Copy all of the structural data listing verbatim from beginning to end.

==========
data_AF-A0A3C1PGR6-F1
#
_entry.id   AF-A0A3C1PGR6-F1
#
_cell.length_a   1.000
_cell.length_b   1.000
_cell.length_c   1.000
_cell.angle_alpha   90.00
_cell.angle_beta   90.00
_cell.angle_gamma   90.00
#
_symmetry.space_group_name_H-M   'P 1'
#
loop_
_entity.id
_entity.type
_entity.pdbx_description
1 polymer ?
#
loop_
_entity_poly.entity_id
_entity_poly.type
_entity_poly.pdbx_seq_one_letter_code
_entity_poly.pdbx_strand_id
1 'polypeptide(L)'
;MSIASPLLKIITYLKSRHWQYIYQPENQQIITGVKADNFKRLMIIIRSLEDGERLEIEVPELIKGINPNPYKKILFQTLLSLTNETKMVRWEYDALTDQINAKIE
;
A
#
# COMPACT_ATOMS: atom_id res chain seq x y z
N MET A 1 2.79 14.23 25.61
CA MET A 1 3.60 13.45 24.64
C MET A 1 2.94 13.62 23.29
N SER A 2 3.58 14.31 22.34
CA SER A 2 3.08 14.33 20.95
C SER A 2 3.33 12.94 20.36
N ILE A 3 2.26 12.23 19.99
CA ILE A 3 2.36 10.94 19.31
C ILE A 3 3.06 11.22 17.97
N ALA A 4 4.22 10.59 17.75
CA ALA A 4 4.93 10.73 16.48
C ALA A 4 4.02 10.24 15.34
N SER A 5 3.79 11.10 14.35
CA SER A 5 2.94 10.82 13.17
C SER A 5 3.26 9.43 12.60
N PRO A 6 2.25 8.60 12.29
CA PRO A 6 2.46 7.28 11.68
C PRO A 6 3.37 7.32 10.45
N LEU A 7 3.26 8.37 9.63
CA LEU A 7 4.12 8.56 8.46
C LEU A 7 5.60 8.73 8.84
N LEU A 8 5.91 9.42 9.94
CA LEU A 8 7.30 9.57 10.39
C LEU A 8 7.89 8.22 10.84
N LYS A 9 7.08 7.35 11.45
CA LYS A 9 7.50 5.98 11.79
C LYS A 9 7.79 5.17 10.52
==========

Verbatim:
data_AF-A0A3C1PGR6-F1
#
_entry.id   AF-A0A3C1PGR6-F1
#
_cell.length_a   1.000
_cell.length_b   1.000
_cell.length_c   1.000
_cell.angle_alpha   90.00
_cell.angle_beta   90.00
_cell.angle_gamma   90.00
#
_symmetry.space_group_name_H-M   'P 1'
#
loop_
_entity.id
_entity.type
_entity.pdbx_description
1 polymer ?
#
loop_
_entity_poly.entity_id
_entity_poly.type
_entity_poly.pdbx_seq_one_letter_code
_entity_poly.pdbx_strand_id
1 'polypeptide(L)'
;MSIASPLLKIITYLKSRHWQYIYQPENQQIITGVKADNFKRLMIIIRSLEDGERLEIEVPELIKGINPNPYKKILFQTLLSLTNETKMVRWEYDALTDQINAKIE
;
A
#
# COMPACT_ATOMS: atom_id res chain seq x y z
N MET A 1 2.79 14.23 25.61
CA MET A 1 3.60 13.45 24.64
C MET A 1 2.94 13.62 23.29
N SER A 2 3.58 14.31 22.34
CA SER A 2 3.08 14.33 20.95
C SER A 2 3.33 12.94 20.36
N ILE A 3 2.26 12.23 19.99
CA ILE A 3 2.36 10.94 19.31
C ILE A 3 3.06 11.22 17.97
N ALA A 4 4.22 10.59 17.75
CA ALA A 4 4.93 10.73 16.48
C ALA A 4 4.02 10.24 15.34
N SER A 5 3.79 11.10 14.35
CA SER A 5 2.94 10.82 13.17
C SER A 5 3.26 9.43 12.60
N PRO A 6 2.25 8.60 12.29
CA PRO A 6 2.46 7.28 11.68
C PRO A 6 3.37 7.32 10.45
N LEU A 7 3.26 8.37 9.63
CA LEU A 7 4.12 8.56 8.46
C LEU A 7 5.60 8.73 8.84
N LEU A 8 5.91 9.42 9.94
CA LEU A 8 7.30 9.57 10.39
C LEU A 8 7.89 8.22 10.84
N LYS A 9 7.08 7.35 11.45
CA LYS A 9 7.50 5.98 11.79
C LYS A 9 7.79 5.17 10.52